Hudson resident takes up NDP banner for Vaudreuil-Soulanges federal riding
PHOTO COURTESY AMANDA MACDONALD
For Hudson resident and NDP candidate Amanda MacDonald, dealing with climate change is the major issue in the upcoming federal election.
Hudsonite Amanda MacDonald has set out on the campaign trail as the New Democratic Party (NDP) candidate for Vaudreuil-Soulanges in the October 2019 federal election.
Political motivation begins at home
“The big prompt for me was becoming a mom,” she told The Journal when asked what had motivated her political aspirations. ”I realized I needed to speak up as much as I could. Our environment, our Earth is at huge risk.”
MacDonald noted the NDP has a strong environmental platform, describing it as including everyone.
“It asks for everyone to work together, from the municipal, the regional, to the federal level. It’s all hands on deck,” she said emphasizing that dealing with climate change is an urgent issue.
Reducing greenhouse gas (GHG) emissions in Vaudreuil-Soulanges is on MacDonald’s list of priorities for the region. The NDP plan to fight climate change includes a promise to make zero-emission vehicles easier to get and build a network of charging stations across the country. When asked how she would make that happen in Vaudreuil-Soulanges, MacDonald said it would take the coordinated efforts of the region and the party to make that change.
“We need to be firm in that direction and get everyone on board because, otherwise, we won’t see the difference we need.”
Green New Deal
“It’s a cultural paradigm shift that is required to make the sweeping changes we need to move forward environmentally. We need the best innovative thinkers,” she said. The Green New Deal began in the United States, according to MacDonald. As someone who was raised in Hudson, MacDonald said there was always a sense of safety and security for her as a child and young adult. She said that sense of safety and security is clearly threatened by climate change. The NDP plan to fight climate change promises to create new jobs, save families money, and take on the big polluters.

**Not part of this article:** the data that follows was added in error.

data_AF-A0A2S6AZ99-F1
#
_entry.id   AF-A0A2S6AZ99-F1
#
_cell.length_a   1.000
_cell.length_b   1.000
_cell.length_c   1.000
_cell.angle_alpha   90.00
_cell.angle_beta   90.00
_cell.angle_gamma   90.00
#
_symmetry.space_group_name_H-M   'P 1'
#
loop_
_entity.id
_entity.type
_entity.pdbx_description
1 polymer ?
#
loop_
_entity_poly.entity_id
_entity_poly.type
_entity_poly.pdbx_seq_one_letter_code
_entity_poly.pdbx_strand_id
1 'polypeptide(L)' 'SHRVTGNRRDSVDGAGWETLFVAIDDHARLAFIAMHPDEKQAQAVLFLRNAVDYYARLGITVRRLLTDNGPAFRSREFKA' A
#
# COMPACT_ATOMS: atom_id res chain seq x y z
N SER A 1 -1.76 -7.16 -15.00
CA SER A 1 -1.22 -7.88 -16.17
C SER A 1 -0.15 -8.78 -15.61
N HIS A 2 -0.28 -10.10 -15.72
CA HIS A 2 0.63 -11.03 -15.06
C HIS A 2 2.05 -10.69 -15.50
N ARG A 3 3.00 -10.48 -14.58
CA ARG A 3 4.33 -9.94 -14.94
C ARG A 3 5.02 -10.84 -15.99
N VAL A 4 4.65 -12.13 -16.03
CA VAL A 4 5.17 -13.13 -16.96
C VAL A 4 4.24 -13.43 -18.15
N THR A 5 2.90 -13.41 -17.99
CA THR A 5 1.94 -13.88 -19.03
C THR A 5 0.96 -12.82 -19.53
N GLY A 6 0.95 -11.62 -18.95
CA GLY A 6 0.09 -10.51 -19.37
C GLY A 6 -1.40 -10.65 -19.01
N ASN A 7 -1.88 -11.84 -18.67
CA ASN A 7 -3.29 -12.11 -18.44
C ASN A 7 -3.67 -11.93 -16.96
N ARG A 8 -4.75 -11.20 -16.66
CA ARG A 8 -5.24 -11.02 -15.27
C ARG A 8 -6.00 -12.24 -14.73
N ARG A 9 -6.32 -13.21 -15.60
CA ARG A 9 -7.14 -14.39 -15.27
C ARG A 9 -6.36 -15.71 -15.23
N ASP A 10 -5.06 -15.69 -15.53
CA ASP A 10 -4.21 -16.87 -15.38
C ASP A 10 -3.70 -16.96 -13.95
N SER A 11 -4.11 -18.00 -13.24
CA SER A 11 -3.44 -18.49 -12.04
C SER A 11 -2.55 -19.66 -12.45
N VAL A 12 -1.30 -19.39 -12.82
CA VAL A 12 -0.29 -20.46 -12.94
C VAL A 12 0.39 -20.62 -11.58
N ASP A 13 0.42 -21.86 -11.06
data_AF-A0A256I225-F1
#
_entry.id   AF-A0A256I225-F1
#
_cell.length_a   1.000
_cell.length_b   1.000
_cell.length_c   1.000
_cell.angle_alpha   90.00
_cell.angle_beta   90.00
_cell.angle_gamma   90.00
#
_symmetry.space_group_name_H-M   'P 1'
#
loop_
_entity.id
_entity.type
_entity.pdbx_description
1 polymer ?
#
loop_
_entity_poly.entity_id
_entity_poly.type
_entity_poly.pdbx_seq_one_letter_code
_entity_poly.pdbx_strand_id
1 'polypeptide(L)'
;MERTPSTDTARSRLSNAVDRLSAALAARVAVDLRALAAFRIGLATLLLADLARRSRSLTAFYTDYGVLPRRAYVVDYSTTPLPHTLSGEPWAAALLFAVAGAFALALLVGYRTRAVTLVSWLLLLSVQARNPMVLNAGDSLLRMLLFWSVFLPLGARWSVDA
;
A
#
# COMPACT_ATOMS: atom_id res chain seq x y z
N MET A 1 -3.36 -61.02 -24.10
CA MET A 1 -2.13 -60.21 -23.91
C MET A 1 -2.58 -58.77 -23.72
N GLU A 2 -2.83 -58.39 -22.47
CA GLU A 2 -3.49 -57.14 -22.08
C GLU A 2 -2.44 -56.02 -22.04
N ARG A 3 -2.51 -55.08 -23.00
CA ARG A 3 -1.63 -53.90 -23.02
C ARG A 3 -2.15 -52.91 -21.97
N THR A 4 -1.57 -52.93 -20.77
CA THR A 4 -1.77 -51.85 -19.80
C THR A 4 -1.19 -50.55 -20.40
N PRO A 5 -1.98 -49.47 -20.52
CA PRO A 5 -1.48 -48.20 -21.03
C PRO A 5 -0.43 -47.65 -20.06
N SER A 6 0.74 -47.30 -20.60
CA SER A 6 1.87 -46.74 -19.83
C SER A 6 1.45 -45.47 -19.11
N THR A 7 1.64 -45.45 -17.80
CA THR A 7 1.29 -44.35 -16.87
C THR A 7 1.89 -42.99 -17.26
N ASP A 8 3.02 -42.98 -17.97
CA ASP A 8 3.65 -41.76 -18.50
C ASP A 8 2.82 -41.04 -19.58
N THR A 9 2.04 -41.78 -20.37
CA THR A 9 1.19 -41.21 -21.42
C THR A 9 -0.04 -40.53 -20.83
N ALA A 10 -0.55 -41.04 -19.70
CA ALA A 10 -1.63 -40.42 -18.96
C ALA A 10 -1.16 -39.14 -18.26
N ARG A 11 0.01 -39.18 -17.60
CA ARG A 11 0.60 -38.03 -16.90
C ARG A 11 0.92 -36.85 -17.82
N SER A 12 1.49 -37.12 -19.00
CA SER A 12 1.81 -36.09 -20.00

Community and social action
As a recent newcomer to the federal political scene, MacDonald has been involved in the Société Développement Commercial de Vieux Montréal (SDC Vieux Montréal) and is currently involved with the Hudson Food Collective and is an active member of the Hudson cultural scene. MacDonald, as well as being a parent, has maintained her career as an actor.
“I’ve been professionally acting for theatre, film and television, as well,” she added. “I’ve also been running a forest school for children. We’re hoping to expand that in the fall.” She sees it all as connected bringing together environmental issues, education, and a change in attitudes. MacDonald also credits her husband, Hudson Mayor Jamie Nicholls, for supporting her decision to enter federal politics as an NDP candidate. Nicholls was the NDP MP for Vaudreuil-Soulanges from 2011 to 2015. “I’m really privileged to be a partner with someone who has been a federal member of parliament and is now a municipal leader,” said MacDonald.
Upcoming nomination celebration
It’s early days for MacDonald’s campaign. She’s actively recruiting volunteers and has an official nomination party scheduled for Saturday, June 29 in Hudson’s Jack Layton Park at 4 p.m.
“I want to create a great team,” said MacDonald. “It’s going to take a lot of door-to-door and connecting with people.”
She acknowledged her opponent, Liberal MP Peter Schiefke and his family as friends. MacDonald said, however, she would devote all her energy to her campaign. “Part of the problem is that political parties are not working together to create change,” she said. “There are a lot of smart, innovative minds in all the parties.”
The lack of a unified response to the climate crisis is a critical problem in MacDonald’s opinion.
“This is a crucial time for the environment and Canada’s leadership in the world,” she said. “We need a movement from the grassroots level upwards that refuses that division, that agrees to come together with all their expertise and innovation. We need to equip our children and youth with the right to open minds to create innovation.”
Need for non-violent communication
“I think this time people see very clearly the Liberals weren’t able to keep their promises,” she said. “We didn’t reach our targets with the Paris Accord.”
In MacDonald’s opinion those goals weren’t very lofty from the beginning. “They were the same as Harper’s,” she said. For MacDonald, the crux of the matter is fear of change and an inability to communicate non-violently. Making non-violent communication (NVC) techniques available to everyone is an important issue for her.
“Opening up communication, so that people have a voice and communicate with honestly, from the heart, without fear and social media sarcasm, is important.”
Amanda MacDonald can be reached at email@example.com or firstname.lastname@example.org.